Doors are conspiring to make our life harder than it is.

How often do people open refrigerator doors and stare at what’s inside, endlessly? Or run-up to their rooms, only to forget what they wanted to fetch?

In 2011, the University of Notre Dame conducted a study around a psychological phenomenon of forgetfulness caused by moving between rooms or essentially passing a door. They called it the ‘The Doorway Effect’ — a feeling of going to another room with a very strong aim in mind and immediately forgetting why one decided to go there.

This happens because the mind considers the act of entering or exiting through a doorway as an ‘event boundary’ which is triggered by a change in the environment and surroundings.

The Doorway Effect is not just limited to physical spaces; it is also observed in virtual environments or metaphysical spaces.

A similar phenomenon happens while opening a new folder and trying to file the earlier activities in a different folder altogether. Accessing the decisions or activities (mental files) from the earlier folder becomes difficult because of compartmentalizing.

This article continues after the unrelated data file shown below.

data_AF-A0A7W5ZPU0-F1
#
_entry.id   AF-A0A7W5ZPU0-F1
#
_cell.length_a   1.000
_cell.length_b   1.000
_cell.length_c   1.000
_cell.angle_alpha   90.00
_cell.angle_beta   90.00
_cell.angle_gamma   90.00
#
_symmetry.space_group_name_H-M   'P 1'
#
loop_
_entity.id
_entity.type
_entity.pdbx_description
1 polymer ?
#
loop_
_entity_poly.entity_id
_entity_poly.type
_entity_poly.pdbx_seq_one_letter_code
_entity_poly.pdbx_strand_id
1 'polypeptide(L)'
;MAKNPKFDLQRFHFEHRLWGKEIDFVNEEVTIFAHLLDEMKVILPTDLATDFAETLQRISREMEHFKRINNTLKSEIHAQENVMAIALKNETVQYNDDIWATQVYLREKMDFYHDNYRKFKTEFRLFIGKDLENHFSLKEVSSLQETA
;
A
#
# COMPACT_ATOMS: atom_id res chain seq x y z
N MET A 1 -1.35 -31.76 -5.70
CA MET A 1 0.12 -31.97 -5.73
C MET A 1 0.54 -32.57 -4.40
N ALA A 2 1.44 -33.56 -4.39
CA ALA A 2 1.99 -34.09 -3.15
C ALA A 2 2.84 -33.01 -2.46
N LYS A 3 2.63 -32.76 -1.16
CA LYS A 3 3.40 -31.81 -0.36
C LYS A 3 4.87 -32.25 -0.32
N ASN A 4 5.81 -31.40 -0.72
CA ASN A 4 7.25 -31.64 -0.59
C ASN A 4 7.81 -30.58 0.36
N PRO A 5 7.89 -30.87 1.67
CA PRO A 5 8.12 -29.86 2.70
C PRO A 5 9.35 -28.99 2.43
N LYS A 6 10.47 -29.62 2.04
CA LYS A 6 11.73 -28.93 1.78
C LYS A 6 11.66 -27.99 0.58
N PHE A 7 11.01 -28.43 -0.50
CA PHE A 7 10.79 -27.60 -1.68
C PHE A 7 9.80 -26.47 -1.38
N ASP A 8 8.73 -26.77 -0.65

One of the most common changes in the virtual environment is observed while switching between internet browser tabs. At any time, most people have 10+ open tabs on their browser. They think all these tabs are too important to close. But when they switch between the tabs, they often forget why they switched to a new tab at all.

When users switch between the tabs and get on a website, they should remember why they opened it in the first place.

The Doorway Effect has been sneaking up on people since ages. While most people blame their bleak memory, it is really about focusing more closely. Think of it as ‘holding the door’.